Based on various examples coming from Jan and his current/former colleagues, it's full of insightful material for design researchers, field explorers and people interested in product/service/strategy development. The set of tools and the approach explained in this book are meant to show how to manage "rapid immersion" into new cultural forms, people's practices and use that material to surface new ideas and designs. Lots of details are provided about how to do that and what it means practically (studio duration, use of space, budgets, check-lists, ...). It seems like a great companion to the upcoming "the field study handbook".

Why do I blog this? Definitely because I'm interested in others' methods, guidelines, recommendations and informed opinions. It's always good to take them as inspiration and cases to create one's approach. Plus it's related with a current project that aims at describing how designers repurposed ethnography in their own work context (book to be released in few months).

Collection, accumulation, compilation

Coincidentally, I received two magazines today about a similar topic: collection and compilation. The first is the last copy of The Wire, the British music journal; and the second is FACTA, a fascinating Brazilian fanzine about "gambiologia" (the study of creative improvisation and electro-digital DIY).

Transient
Transient
Transient
Transient

"What is a compilation but a collection of similarities and differences? To compile is to suggest or imply that everything within it has something in common, whether it be a sound, a time, a place or a theme. The remainder is difference: the varying species of that sound, other elements in that time or place, alternative angles on that themes" describes Adam Harper in his introduction to the special issue of The Wire on compilation.

Why do I blog this? I'm curious about the role of compilation, collection and selection, mostly with regards to the analytical mindset of designers/artists and ethnographers. There's something in common here that should be explored, beyond the type of artifacts and cultural content that is collected. I generally work using aggregation of various types of material and enjoy this type of process. For instance, the game controller project was based on collecting actual game pads that we explored in conjunction with patents, interviews with designers and players, books about the history of video games... the careful compilation of facts, anecdotes, pictures, opinions, statistics and hypotheses created a curious assemblage that helped creating various intermediary objects (diagrams, genealogy trees, installation in exhibits) and two books.

The Smithsonian on Science Fiction, the Future and design fiction

The May edition of the Smithsonian has an article on sci-fi, the Future (capital F) and design fiction. Based on interviews with various science-fiction authors (Kim Stanley Robinson, Cory Doctorow, William Gibson, Ursula Le Guin, Ted Chiang or Neal Stephenson), this piece by Eileen Gunn highlights how the genre acts as a sort of laboratory and "how the task of science fiction is not to predict the future. Rather, it contemplates possible futures."

Interestingly, this article describes classical debates about the mutual relationships between sci-fi, science and technological research: the opposition between utopian and dystopian futures (as well as the acknowledgment that this dualism is flawed), the "where's my flying car?" frustration that some authors want to move away from, the need to embrace new visions of the future, etc. The paper concludes with this sort of summary of the role of science-fiction for society:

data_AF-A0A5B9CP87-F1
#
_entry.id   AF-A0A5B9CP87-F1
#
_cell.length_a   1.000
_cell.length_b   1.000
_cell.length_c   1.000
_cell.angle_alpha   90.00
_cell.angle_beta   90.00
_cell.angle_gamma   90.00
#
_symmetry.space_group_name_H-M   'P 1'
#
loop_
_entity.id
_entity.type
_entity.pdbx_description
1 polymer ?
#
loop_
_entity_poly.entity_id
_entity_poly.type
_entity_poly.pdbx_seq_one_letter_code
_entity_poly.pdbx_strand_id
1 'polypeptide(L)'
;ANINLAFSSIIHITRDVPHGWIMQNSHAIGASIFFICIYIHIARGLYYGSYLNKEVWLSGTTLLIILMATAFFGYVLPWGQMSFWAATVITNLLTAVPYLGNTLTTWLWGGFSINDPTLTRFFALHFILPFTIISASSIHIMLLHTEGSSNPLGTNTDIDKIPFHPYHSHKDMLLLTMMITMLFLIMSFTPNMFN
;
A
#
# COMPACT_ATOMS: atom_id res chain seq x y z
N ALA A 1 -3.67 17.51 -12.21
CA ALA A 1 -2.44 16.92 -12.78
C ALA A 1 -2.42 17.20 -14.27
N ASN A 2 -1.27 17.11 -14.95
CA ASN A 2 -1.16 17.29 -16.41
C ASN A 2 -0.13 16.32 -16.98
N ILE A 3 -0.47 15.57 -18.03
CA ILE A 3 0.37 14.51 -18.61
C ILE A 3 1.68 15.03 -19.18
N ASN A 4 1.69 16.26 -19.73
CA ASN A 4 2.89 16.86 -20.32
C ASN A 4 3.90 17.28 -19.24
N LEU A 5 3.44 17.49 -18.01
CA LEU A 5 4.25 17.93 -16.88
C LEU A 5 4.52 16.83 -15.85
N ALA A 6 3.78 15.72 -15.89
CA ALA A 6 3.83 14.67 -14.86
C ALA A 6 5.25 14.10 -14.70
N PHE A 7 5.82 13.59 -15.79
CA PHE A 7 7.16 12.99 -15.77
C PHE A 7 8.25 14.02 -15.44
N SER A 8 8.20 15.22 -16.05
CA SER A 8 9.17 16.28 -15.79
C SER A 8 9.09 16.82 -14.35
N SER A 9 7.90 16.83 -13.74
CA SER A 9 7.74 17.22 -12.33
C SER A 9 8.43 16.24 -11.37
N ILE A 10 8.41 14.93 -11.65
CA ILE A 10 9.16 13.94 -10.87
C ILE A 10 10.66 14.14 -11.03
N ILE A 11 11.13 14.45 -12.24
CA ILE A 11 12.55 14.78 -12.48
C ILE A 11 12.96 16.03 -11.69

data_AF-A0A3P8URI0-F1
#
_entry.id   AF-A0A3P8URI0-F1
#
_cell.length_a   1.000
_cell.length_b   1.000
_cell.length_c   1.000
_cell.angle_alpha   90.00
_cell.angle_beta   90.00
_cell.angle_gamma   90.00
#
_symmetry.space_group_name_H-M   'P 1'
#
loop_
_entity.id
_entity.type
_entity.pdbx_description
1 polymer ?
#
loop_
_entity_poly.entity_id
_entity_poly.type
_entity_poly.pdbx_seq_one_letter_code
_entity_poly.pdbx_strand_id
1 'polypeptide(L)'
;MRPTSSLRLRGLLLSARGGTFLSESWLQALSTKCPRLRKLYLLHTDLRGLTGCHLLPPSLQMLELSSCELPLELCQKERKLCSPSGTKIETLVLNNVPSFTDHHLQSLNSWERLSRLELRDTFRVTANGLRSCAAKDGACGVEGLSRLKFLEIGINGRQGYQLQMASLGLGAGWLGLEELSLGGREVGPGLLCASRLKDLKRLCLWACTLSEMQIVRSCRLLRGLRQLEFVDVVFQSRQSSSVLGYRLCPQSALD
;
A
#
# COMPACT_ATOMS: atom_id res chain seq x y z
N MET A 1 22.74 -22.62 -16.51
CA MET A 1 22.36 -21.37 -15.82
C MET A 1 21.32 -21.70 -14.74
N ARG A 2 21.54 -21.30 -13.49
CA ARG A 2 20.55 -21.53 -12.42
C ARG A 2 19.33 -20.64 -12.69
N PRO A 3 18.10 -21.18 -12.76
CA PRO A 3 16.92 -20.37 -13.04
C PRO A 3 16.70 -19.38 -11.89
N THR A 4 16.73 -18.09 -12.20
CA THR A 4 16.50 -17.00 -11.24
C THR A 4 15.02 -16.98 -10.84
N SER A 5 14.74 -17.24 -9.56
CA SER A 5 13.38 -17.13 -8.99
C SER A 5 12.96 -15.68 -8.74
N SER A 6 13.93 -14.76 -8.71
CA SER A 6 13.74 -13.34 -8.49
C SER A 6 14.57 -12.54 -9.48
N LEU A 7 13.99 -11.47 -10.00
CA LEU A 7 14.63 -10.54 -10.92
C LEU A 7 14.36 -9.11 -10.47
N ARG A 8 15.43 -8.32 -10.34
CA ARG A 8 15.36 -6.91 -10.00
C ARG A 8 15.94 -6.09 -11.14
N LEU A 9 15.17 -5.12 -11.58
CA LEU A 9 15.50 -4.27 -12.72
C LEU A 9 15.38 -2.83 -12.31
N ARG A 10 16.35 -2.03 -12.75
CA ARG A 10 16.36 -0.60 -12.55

Science fiction, at its best, engenders the sort of flexible thinking that not only inspires us, but compels us to consider the myriad potential consequences of our actions. Samuel R. Delany, one of the most wide-ranging and masterful writers in the field, sees it as a countermeasure to the future shock that will become more intense with the passing years. “The variety of worlds science fiction accustoms us to, through imagination, is training for thinking about the actual changes—sometimes catastrophic, often confusing—that the real world funnels at us year after year. It helps us avoid feeling quite so gob-smacked.”

This piece is quite interesting. However, I'm not sure about the current debate on the importance of reading science-fiction in research labs ("Brueckner laments that researchers whose work deals with emerging technologies are often unfamiliar with science fiction.") Of course, I'm convince about Delany's quote above but I'm unsure whether this applies to ANY book, film, video-game or comic-book related with "the Future". Would the Warhammer 40K series of book really help like a JG Ballard novel? Besides, one might also argue that poetry or other forms of literature might be helpful? And why limiting oneself to this? Perhaps there are other ways to get this "flexible thinking" promoted by the authors there: RTS games or Eve-Online situated in a distant future might be relevant too. This problem was recently address in another article in The Atlantic. Robinson Meyer commented on Google's process for selecting Google X projects: "lt must utilize a radical solution that has at least a component that resembles science fiction.", to which the author wrote:

When we imagine a “science fiction”-like future, I think we tend to picture completed worlds, flying cars, the shiny, floating towers of midcentury dreams. We tend, in other words, to imagine future technological systems as readymade, holistic products that people will choose to adopt, rather than as the assembled work of countless different actors, which they’ve always really been. The futurist Scott Smith calls these ‘flat-pack futures,’ and they infect “science fictional” thinking. Science fiction, too, can underestimate the importance and role of social change. For every feminist science fiction writer or Afrofuturist, there is a still better-known member of the genre’s far-right.